*1 QEZ’I THE KENT League football champi-J.79^onship came to Folkestone for the first time in history 50 years ago this year. Folkestone FC with 52 points were left in an unassailable position when Snowdown. second in the table, went down 4-0. at home, to Sittingbourne. Remarkably that defeat ended a run of 25 matches without defeat. The Folkestone club had been strong favourites to win the previous season, but the tough challenge presented by a good showing in the Kent Senior Cup, in which there were a series of replays, saw them finish runners-up to Ramsgate. It was only the death of her sister-in-law. Mrs Elizabeth Fright, at 88, that forced 101-year-old Miss Emma Fright, of School Road, Saltwood. to go into a nursing home just before she was 101. Until then she had been living with her brother William, also 88. and his wife in Saltwood. Mr Fright had himself been confined to bed for several months. There father, William, had been stationmaster at Hythe for 26 years. A long service presentation, of a barometer, was made to Fred Anderson, who had been a worker at the Advancc Laundry, in Stanley Road. Cheriton, for no less than 52 years.
Narrow escapes as planes make emergency landings

iiQA/j THERE was drama at Scabrook when a big Dutch KLM air liner force landed on the beach on its way from Rotterdam to Croydon with four passengers. The engine coughed and spluttered to a halt while flying over the Channel at 3,000 ft and Pilot Vandyke skilfully glided down to land just beyond Battery Point. Neither he nor his passengers were hurt, but Mr W Walters, of Sandgate, who was fishing from the beach had a narrow escape. He was struck by a wing but sustained nothing worse than a deep gash on his left leg. The same week a largo twin-engined Farman Goliath crashed on Littlestone golf links and a twin-engined Handley Page biplane force landed in Elms Vale, near Hougham. The day I heard on my car radio that only a quarter of the mines laid during World War II had been accounted for I looked up the Herald file for June 1926 and noted the headline "Mine in the Channel" which told of the fifth mine trawled up by Skipper A May of the Folkestone boat "Masterpiece." He was four miles off Hythe when he 'caught' the 7001b hurn-less British mine. He towed it very cautiously in the net to East Head sands where it was cut free. The mine, of about 1916, was 'live' and would have been a danger to ships in the fairway.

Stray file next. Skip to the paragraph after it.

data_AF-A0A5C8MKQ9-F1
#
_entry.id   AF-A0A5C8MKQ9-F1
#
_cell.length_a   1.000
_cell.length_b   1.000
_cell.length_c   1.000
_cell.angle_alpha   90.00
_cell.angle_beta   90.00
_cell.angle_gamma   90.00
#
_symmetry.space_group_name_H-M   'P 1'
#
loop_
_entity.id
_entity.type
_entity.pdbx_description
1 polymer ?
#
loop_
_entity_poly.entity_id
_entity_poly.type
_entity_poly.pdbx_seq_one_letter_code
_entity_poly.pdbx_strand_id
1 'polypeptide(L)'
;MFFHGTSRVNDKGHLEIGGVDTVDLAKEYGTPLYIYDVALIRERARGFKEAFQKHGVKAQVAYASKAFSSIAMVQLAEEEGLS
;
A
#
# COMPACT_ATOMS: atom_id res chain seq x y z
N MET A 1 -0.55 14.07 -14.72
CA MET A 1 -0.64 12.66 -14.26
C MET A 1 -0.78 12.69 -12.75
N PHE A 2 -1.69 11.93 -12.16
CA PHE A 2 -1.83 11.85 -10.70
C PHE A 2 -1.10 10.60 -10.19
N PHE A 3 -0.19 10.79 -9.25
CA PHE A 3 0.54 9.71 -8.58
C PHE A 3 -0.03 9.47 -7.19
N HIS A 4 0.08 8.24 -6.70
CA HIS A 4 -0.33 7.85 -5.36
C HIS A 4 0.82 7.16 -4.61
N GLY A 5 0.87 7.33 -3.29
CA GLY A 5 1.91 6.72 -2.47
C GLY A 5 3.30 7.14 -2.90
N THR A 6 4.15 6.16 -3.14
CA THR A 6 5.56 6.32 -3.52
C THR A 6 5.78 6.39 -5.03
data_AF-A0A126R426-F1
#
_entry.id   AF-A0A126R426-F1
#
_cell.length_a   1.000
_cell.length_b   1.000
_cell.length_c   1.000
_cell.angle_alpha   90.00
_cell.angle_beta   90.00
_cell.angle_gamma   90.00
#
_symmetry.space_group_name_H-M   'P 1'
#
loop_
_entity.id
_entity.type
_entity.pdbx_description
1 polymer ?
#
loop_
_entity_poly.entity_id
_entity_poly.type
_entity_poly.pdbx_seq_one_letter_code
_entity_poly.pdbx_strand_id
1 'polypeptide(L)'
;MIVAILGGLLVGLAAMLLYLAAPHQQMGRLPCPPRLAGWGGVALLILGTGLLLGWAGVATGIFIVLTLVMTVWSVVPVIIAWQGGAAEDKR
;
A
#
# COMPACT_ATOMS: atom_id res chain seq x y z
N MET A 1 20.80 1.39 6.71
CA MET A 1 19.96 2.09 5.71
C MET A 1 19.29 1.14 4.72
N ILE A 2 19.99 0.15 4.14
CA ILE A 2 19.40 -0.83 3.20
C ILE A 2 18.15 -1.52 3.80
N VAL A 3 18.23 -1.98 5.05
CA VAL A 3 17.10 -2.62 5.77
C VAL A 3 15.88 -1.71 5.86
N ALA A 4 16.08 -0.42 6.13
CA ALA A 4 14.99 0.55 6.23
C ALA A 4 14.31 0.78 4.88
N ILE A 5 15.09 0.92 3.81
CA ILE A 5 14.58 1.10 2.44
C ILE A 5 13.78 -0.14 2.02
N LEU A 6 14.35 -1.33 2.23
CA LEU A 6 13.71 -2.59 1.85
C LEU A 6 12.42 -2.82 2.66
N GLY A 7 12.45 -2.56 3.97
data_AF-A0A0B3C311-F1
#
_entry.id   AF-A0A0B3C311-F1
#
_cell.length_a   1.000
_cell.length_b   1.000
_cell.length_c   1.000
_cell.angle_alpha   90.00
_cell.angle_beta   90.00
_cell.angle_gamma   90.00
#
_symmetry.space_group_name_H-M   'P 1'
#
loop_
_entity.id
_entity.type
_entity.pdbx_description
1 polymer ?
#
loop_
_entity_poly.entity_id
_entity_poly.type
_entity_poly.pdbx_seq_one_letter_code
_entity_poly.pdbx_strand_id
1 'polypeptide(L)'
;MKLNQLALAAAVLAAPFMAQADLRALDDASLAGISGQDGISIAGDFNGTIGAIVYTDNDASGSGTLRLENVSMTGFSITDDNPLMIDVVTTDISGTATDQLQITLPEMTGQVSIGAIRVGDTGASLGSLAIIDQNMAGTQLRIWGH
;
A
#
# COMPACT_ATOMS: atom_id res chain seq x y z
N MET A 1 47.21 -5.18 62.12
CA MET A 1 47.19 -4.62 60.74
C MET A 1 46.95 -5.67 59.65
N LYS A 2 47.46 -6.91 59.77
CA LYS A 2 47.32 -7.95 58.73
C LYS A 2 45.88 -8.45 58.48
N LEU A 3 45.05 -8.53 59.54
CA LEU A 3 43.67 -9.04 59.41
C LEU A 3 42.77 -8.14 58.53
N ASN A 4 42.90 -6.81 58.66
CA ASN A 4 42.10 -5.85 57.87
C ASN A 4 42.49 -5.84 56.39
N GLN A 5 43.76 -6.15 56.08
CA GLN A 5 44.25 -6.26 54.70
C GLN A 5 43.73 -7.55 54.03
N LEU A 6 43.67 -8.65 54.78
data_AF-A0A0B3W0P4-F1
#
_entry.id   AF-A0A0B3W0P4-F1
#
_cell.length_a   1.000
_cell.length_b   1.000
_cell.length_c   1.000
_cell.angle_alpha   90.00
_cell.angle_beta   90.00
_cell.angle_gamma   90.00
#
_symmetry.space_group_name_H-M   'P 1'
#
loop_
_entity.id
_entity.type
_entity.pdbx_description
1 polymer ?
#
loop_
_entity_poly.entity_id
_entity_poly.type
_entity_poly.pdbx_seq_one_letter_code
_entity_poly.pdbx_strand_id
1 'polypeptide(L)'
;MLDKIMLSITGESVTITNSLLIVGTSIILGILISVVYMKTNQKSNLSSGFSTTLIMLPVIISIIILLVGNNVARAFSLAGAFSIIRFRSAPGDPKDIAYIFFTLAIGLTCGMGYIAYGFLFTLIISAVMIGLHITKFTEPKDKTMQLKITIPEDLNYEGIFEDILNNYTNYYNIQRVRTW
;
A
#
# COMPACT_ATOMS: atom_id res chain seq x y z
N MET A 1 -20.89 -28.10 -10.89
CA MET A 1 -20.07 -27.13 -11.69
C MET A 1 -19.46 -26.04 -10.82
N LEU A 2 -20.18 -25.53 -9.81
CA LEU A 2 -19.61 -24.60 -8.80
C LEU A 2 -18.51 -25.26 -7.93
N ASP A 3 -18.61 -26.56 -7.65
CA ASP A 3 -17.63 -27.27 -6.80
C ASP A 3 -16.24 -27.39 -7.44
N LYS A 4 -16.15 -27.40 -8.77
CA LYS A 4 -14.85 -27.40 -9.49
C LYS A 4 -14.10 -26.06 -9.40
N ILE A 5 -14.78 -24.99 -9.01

Plan for future of town now-or it will die warns Saga boss

>| ft *7/5 FOLKESTONE is dying - that was the shock JmSj I O warning from Saga clmf Sidney de Haan. He said the town was in danger of becoming like Highgate cemetery. What was needed, he believed was "men of vision" to plan for the next five, 10 or 15 years. The town used to be beautiful, he said, but had become an overgrown, crumbling wasteland, the fault being it was designed "as a monument to the past.” He warned that unless radical action was taken quickly the town would have no future at all. "There is no plan for the future. There are few people who seem to be prepared to plan five. 10 or 15 years ahead.” And he added, "There seems little energy among our civic leaders to work, and if necessary, to fight, to achieve a prosperous future for this area. Indeed, it seems that representatives of Folkestone and of the rural areas on Shepway District Council are more intent on fighting one another." The town needed a plan for the future based on a mixed economy, he said. The controversial bid to hold a major rock festival on the former Battle of Britain airfield at Hawkinge met with a storm of protests so it was a relief when the promoter had a change of plan to switch the big festival to Gillingham and plan a smaller folk/rock event at Hawkinge. The rock festival might have attracted a crowd of around 40.000.